Last year the consolidated budget of the 89 subjects of the federation showed a deficit, as almost two-thirds of the regions could not make ends meet, "Vedomosti" reported on 4 February. According to data from the Finance Ministry on 3 February, the deficit totaled 44.12 billion rubles ($1.4 billion), or 0.4 percent of GDP. Aleksandr Andryakov, an analyst with the Economic Experts Group, told the daily that because of tax reforms, regional tax revenues fell by 0.2 percent of GDP, while the wages of state-sector workers have risen by 70 percent since the end of 2001. According to Andryakov, the number of "unprofitable" regions rose from 42 in 2001 to 63 last year. JAC

Dmitrii Belousov, a leading expert at the Center for Macroeconomic Analysis, told the daily that the ministry's data should not be considered final and that with additional calculations the deficit could shrink. According to Belousov, a kind of "end-of-the-year" effect occurs because regional leaders in December finally disburse money for pet construction projects. The daily notes that according to Finance Ministry data, some 30 billion rubles ($909 million) were expended under the construction category in December compared with 100 billion rubles for the year as a whole. JAC

The federal government has disbursed 308 million rubles ($9.7 million) to Kamchatka to ease social tensions in that city, ITAR-TASS reported on 28 January, citing the oblast administration's press service. According to the agency, the money comes from the sale of fishing quotas off the Kamchatka Peninsula. The money will enable local authorities to restart a number of social programs that were suspended earlier in January when the area was dangerously short of fuel. The oblast capital Petropavlovsk-Kamchatskii was plagued by a weeks-long strike of municipal workers earlier this winter. Also on 28 January, the Supreme Court ruled that a Kamchatka Oblast law on removing city legislators and mayors conflicts with the federal constitution, thereby forestalling an attempt by a local group to impeach Petropavlovsk-Kamchatskii Mayor Yurii Golenishchev (see "RFE/RL Newsline," 9 December 2002). JAC

A krai-level court in Krasnoyarsk ruled on 27 January in favor of the Central Election Commission (TsIK) in its effort to disband the krai election commission, which had earlier tried to void the results of the krai's 22 September gubernatorial election, ITAR-TASS reported. Judge Sergei Atashov said the decision to disband the commission was "proportionate to the gross violations of the law it committed." Responding to the verdict, krai election commission Deputy Chairman Aleksandr Bugrei remained defiant and promised to appeal the decision within 10 days. JAC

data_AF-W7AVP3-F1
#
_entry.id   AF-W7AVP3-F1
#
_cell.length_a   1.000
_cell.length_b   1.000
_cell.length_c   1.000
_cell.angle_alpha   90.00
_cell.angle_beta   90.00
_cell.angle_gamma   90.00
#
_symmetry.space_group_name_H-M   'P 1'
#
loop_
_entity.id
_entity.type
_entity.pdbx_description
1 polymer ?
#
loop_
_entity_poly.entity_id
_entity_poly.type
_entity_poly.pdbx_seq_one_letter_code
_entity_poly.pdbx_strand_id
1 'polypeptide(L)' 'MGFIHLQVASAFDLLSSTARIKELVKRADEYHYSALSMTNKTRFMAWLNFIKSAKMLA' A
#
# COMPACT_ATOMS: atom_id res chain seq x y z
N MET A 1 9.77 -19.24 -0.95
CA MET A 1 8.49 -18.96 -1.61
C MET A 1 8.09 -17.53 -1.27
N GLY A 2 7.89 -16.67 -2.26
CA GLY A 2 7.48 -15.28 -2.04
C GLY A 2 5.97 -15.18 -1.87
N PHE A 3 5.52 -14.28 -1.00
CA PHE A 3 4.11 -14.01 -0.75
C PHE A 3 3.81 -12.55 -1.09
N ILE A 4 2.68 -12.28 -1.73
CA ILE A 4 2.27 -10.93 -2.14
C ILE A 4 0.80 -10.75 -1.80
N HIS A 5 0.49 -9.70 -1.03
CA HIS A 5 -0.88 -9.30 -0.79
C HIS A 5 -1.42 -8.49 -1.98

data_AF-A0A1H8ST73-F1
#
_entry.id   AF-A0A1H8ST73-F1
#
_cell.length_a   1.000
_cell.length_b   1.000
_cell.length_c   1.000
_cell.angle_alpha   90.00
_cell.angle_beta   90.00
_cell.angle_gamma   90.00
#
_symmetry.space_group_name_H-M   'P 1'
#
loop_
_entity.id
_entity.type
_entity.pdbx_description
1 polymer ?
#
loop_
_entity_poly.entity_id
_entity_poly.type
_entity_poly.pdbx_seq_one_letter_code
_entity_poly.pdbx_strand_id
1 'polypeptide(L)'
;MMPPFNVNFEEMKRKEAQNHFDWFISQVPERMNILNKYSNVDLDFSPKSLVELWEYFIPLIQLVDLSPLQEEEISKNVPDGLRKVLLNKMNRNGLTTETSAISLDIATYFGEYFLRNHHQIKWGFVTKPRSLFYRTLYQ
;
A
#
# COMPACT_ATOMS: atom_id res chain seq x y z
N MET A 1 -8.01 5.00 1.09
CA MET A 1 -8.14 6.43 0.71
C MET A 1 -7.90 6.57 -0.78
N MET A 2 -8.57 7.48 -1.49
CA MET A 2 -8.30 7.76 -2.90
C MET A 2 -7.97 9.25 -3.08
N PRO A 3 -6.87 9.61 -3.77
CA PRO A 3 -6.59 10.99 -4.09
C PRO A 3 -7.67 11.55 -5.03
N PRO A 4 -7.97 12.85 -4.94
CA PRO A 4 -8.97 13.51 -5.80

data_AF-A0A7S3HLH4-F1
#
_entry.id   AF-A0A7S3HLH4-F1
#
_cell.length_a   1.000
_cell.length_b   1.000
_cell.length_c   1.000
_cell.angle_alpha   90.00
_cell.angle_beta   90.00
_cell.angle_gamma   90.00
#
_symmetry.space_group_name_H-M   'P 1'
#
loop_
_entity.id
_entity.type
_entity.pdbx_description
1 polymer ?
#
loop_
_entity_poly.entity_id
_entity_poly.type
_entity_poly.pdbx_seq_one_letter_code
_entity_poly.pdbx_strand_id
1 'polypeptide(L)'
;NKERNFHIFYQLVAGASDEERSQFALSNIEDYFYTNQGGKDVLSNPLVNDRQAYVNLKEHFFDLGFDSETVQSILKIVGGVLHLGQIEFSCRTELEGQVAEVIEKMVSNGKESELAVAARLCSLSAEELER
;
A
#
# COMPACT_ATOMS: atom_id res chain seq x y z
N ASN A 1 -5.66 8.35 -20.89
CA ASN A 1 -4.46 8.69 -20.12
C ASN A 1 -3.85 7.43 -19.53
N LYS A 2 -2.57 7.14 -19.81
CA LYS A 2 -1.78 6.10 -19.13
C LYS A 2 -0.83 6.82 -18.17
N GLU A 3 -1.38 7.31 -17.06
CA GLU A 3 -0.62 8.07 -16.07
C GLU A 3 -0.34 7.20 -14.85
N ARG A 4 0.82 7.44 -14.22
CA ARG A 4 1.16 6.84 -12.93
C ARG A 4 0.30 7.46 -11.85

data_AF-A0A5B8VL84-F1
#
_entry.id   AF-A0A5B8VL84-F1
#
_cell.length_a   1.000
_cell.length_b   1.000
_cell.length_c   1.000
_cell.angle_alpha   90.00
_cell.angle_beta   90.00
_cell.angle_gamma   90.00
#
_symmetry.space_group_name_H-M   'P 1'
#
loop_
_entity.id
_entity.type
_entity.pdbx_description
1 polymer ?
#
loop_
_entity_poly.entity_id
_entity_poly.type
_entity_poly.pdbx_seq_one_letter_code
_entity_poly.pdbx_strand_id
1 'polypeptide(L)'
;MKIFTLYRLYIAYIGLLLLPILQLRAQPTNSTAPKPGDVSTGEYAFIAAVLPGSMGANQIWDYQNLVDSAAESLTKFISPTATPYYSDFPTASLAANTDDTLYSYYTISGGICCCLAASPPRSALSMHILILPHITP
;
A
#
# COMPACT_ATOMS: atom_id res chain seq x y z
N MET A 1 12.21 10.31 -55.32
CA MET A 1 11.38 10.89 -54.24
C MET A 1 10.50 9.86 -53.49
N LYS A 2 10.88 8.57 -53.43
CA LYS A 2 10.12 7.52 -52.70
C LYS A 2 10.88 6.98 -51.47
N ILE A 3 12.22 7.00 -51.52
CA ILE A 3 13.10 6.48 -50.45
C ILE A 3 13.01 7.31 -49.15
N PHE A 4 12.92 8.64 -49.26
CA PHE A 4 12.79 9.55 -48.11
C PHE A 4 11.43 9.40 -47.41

According to preliminary results publicized on 2 February from the Magadan Oblast gubernatorial race held the same day, Magadan Mayor Nikolai Karpenko and acting Magadan Oblast head Nikolai Dudov will compete in a runoff election, ITAR-TASS reported. Karpenko, who was the favorite in the election, received 38 percent of the vote, compared with just over 26 percent for Dudov. According to "Kommersant-Daily" on 31 January, few people doubted that two rounds would be required, although Karpenko's team was confident that he would win an absolute majority of residents in the city of Magadan, where some 60 percent of the oblast's population is concentrated. The election was held to replace Governor Valentin Tsvetkov, who was gunned down in Moscow in October (see "RFE/RL Newsline," 18 October 2002). More than 5 percent voted against all candidates, according to Interfax. The agency also reported that the runoff will be held on 16 February. JAC

A local election official has said that residents of Mordovia who declined to sign petitions in support of the current re-election bid of incumbent administration head Nikolai Merkushkin have been subjected to overt pressure, RFE/RL's Saransk correspondent reported on 16 January. The election is scheduled for 16 February. Republican election commission member Boris Troshkin said that signature collectors threatened that the names of those who declined to sign the petitions would be given to the administration, which would deny them housing. However, such violations of election law were not used to deny Merkushkin registration as a candidate. Members of the local Communist Party branch are concerned that some pretext might be found to cancel the registration of their candidate, Anatolii Chebukov, as was done during the republic's last election five years ago. Chebukov is general director of the Saransk Instrument-Making Factory. JAC

"Novoe vremya," No. 4, argued that the construction of a "post-Yakovlev" political order in St. Petersburg has already started. According to the weekly, "knowledgeable" people in the city are predicting that Governor Vladimir Yakovlev will resign his post early in the summer, since his chances of being able to run for a third term are considered slim (see "RFE/RL Newsline," 16 January 2003). The weekly predicted that there will also be an attempt to consolidate a new centrist majority led by the city legislature's new speaker, Vadim Tyulpanov. JAC

In an interview with "Kommersant-Daily" on 28 January, newly elected Taimyr Autonomous Okrug Governor Oleg Budargin said he "doesn't see any necessity" for merging Taimyr with neighboring Krasnoyarsk Krai. Budargin said he raised the issue during meetings with voters during the election campaign and concluded that "we are a national okrug, and therein lies our spirit." Budargin also commented, "Europe has joined [together] rich and poor, and there are problems." Before he was killed in a helicopter accident in April 2002, former Krasnoyarsk Krai Governor Aleksandr Lebed initiated a process of merging the administration of the krai with those of its autonomous okrugs, Taimyr and Evenk (see "RFE/RL Russian Political Weekly," 30 January 2003). JAC